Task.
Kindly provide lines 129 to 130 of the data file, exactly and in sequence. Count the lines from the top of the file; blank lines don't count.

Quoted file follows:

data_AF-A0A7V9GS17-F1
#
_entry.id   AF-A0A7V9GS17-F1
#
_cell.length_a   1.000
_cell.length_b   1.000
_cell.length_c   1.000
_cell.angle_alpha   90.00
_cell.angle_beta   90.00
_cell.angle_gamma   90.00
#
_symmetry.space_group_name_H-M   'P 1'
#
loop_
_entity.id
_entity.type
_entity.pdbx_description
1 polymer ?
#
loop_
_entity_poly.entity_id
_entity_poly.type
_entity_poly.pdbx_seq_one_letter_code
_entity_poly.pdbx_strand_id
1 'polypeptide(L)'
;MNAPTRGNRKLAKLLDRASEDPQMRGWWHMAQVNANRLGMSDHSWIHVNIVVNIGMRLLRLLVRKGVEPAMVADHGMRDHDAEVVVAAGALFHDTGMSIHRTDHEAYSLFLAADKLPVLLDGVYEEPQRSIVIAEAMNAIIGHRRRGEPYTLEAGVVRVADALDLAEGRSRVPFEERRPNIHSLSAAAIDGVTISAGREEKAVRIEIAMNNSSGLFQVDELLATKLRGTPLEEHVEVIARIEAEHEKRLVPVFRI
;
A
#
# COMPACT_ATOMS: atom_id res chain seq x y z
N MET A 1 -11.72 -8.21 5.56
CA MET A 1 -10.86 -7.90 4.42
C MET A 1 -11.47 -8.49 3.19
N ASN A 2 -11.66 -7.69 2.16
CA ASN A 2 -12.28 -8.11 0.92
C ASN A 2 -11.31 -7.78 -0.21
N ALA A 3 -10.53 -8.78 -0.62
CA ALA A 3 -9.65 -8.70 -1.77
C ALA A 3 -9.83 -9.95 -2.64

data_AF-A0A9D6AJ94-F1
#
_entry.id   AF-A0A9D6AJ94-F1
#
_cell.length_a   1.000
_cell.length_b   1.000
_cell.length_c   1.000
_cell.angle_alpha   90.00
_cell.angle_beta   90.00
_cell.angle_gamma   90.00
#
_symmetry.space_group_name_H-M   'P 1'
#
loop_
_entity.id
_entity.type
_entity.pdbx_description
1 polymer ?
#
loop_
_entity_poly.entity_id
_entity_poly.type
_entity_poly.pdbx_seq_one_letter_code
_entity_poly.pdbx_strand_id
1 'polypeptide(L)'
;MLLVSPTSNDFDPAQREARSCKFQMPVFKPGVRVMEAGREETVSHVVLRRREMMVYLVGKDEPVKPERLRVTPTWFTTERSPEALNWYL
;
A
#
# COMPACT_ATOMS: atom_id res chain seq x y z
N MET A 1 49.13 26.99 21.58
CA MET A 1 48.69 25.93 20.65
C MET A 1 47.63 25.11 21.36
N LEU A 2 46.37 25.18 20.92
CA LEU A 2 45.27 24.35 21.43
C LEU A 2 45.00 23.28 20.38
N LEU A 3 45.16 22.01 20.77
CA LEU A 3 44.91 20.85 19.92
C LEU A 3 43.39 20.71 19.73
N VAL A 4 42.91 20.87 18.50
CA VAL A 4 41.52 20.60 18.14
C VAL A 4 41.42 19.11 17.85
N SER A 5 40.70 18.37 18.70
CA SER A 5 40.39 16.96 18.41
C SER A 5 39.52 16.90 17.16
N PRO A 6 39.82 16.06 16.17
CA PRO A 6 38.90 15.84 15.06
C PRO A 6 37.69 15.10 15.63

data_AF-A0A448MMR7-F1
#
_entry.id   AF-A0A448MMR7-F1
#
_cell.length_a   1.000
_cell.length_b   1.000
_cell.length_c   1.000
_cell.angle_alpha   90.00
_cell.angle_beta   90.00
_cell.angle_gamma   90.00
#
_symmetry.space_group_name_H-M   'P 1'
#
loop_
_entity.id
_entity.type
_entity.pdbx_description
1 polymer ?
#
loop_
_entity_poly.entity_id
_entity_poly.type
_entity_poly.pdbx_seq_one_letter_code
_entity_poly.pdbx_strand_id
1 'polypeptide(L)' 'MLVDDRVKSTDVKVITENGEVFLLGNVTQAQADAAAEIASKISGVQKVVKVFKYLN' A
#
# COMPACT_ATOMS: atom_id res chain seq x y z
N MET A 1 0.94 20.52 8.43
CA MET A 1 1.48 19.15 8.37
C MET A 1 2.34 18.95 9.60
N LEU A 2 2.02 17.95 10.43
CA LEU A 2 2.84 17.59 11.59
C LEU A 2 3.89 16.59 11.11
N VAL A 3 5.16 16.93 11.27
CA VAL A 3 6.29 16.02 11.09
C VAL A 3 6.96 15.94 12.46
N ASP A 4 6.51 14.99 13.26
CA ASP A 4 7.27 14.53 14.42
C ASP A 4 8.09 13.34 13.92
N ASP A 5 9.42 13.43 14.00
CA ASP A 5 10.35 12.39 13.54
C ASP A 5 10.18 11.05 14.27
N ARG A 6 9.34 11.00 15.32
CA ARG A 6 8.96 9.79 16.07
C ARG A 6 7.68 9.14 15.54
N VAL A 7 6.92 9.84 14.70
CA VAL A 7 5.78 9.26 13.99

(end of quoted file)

C ASP A 5 10.18 11.05 14.27
N ARG A 6 9.34 11.00 15.32